Saturday, June 23, 2018

Jamie Baum's "Bridges" Spans the gap between Multiple Musical Traditions

Jamie Baum's Septet + Bridges : Sunnyside SSC-1502
The New York based flautist Jamie Baum has made a name for herself as both an accomplished musician and a formidable composer/arranger. Her composing for mid-sized groups is some of the finest and most creative on the contemorry music scene. I've been a fan of her music since I first heard her brilliant 2008 record Solace

Despite some changes in personnel over the years, with her Septet+,she has always managed to assemble and lead a group of talented, like-minded musicians that each bring something special to her musical table. With Baum's music, she downplays her own individual viruosity, never seeming to have the inclination to feature herself in her work, content instead to let the whole of her musical compositions speak as a unified vision. 

On her latest album, aptly titled Bridges, she has released an album of nine original compositions that feature the unique musical skills of her seven bandmates. The music is a the result of a Guggenheim fellowship that allows artists such as Baum the time and resources to create. The instrumentation is itself a bit unusual- flute, trumpet, saxophone and bass clarinet, French horn, electric guitar, piano, upright bass, drums and even a Tibetan singing bowl. Special guests bring additional percussion, voice and tanpura to the mix.

The album is a adroit mixture, with elements of Middle-Eastern or Maqam, Jewish, Indian and Nepalese, Southeast Asian, rock, chamber music and jazz. 

Starting out with the driving “From the Well” the group shows how well this instrumentation can tackle this complicated frenzied beat. The music accelerates like a darting roadrunner across the desert sand until Baum’s flute emerges. Her lines flow like bubbling spring water from an oasis. Sam Sidigursky’s bass clarinet offers a sinewy, snake charmer-like solo before Amir ElSaffar’s clarion trumpet rings over the horizon like a cry to action.

Baum employs ElSaffar’s distinct voice to sing her poignant “Song Without Words,” which is a dedication to her late father. ElSaffar’s voice drips with emotional content. Sidigursky’s bass clarinet solo is a masterwork of expressiveness. Baum’s own solo is soft and feathery, floating on the wings of her fond memories. Baum uses Comer’s distinctive French horn, an instrument not normally heard in jazz, to great effect here.

“There Are No Words” starts with a pedal point by pianist Escreet over which Baum and Sagdigursky play a weaving synchronous line. Bassist Zach Lober offers a deep toned solo, which leads into a Baum solo that features a subtle echo effect giving it a windswept sound. Pianist John Escreet has been on my radar for some time.  His facile keyboard work is harmonically complex, always unusual and played with the utmost sensitivity.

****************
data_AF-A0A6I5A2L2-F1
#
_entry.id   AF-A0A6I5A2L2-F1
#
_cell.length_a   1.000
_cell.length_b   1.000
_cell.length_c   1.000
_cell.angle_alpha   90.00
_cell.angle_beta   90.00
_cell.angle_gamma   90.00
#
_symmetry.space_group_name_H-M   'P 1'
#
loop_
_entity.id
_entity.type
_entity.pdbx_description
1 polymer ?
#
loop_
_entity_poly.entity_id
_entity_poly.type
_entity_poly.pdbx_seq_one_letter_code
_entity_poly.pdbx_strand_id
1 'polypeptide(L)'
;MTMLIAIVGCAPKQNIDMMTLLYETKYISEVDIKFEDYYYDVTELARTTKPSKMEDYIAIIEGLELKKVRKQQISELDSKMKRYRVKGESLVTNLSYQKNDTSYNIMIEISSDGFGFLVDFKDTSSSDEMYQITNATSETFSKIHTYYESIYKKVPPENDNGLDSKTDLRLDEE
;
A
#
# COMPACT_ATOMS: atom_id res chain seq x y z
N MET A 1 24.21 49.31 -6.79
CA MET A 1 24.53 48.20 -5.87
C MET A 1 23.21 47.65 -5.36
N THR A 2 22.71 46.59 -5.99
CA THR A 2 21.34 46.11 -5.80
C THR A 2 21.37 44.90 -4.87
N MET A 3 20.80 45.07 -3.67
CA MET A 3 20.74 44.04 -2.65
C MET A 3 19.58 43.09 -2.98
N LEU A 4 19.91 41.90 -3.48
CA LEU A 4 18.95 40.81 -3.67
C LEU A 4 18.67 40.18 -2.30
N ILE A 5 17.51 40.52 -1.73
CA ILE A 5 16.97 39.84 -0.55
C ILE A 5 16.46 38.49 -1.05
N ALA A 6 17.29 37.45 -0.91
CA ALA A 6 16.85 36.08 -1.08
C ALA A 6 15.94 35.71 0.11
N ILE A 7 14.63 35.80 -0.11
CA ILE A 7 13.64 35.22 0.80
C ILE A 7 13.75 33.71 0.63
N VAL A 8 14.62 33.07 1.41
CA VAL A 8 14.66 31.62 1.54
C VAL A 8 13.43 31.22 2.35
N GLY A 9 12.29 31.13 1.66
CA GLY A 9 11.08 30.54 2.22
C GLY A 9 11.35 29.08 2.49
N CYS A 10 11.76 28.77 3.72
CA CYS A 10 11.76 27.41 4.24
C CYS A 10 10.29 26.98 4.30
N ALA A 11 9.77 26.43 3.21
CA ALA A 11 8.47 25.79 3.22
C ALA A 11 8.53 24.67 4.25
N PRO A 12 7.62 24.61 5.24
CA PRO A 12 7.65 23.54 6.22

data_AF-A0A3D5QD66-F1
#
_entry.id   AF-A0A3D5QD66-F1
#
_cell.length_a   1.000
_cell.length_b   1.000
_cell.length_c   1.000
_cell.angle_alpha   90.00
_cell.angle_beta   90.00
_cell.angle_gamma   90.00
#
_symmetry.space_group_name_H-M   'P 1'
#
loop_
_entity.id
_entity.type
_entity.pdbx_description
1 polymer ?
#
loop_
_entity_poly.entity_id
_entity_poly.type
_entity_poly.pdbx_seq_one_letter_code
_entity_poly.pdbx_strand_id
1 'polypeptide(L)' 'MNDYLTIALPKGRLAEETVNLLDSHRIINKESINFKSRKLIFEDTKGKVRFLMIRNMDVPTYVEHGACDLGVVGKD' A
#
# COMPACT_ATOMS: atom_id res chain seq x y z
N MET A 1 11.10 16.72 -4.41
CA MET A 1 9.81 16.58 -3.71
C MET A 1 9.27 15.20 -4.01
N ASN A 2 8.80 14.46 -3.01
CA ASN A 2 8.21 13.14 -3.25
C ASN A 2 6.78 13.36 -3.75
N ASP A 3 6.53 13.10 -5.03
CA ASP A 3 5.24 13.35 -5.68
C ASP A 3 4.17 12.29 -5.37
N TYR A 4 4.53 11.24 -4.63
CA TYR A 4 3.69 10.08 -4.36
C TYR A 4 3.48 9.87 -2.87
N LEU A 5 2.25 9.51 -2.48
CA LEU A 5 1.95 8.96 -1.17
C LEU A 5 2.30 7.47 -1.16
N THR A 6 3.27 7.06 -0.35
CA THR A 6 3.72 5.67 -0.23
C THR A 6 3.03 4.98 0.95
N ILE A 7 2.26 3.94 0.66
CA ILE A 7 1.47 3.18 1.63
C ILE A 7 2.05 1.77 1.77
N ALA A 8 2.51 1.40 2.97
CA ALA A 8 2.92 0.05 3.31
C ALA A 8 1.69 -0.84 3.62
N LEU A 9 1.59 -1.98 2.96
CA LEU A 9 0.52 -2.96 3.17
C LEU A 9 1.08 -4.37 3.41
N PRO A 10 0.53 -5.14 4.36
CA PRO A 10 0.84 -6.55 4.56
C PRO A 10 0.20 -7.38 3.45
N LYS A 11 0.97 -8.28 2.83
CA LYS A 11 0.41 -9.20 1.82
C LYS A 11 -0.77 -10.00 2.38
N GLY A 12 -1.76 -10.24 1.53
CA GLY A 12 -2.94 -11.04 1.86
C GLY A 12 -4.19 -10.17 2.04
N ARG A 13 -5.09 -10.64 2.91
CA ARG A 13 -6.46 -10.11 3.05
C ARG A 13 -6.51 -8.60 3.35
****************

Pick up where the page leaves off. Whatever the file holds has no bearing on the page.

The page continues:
The album then proceeds into a five-part suite that Honors Nepal and commemorates the catastrophic Gorkha earthquake that occurred in April of 2015. The natural disaster took nearly nine thousand lives and injured another twenty-two thousand.

The suite starts with Part 1 “The Earthquake” with the peaceful drone of a Tibetan singing bell which permeates the air before a somber, almost funereal horn movement gently plays over it. Then all hell breaks loose. Brad Shepik’s distorted guitar wizardry recreates the havoc of the quake in all its electric kineticism as Jeff Hirshfield’s roiling drums boil underneath. The sounds are disturbing but recreate the chaos and trauma of the event.

Part 2 of the suite, entitled “Renewal,” is appropriately uplifting. The music is played brilliantly by Sadigursky on alto and Baum on flute with Escreet’s flittering piano work, all conjuring up images of Phoenix-like new growth making its purposeful way into the sunshine and through destruction of the aftermath of the earthquake.

Part 3 “Contemplation” is a gorgeous chamber piece with sounds of French Horn, Bass Clarinet and trumpet all intertwining with booming bass lines, subtle brush strokes and carefully placed piano notes to create a tapestry of sound. Escreet’s piano solo is superb in both its flawless execution and aural beauty.

“Joyful Lament” is perhaps the most memorable of the songs on the album. It is based on a melody by the Pakistani vocalist Nusrat Fateh Ali Kahan called “Lament.” Baum admits to having arranged the composition with guitarist Brad Shepik in mind and he does not disappoint. The band plays on as Shepik builds his own searing guitar lines into an ascension of sorts, taking his solo into the heavens with his own blend of rock-inspired shredding. This is an easy candidate for most inspired instrumental solo of the year.

“Mantra” is a drone-like creation that finds Baum’s echoed flute in interplay with Navin Chettri’s haunting  voice and twanging tanpura. The music is mystical and the lightly played gongs make it a meditative piece.

“U Cross Me” is the album’s finale and starts off with some syncopated piano notes by Escreet and percussion by Jamie Haddad. The horns and reeds play in a downwardly cascading pattern that is quite unusual. Then they all come together in a display of precise synchronicity. Hirshfield and Lober lay down a more traditional driving rhythmic structure over which the group plays. The syncopation continues as all the instruments find their voice in a cacophony of expression before Shepik’s guitar breaks it all open with another scorching solo.

With Bridges Jamie Baum has somehow managed to span the gap between multiple musical traditions and successfully integrate them all into a coherent genre that is all its own.

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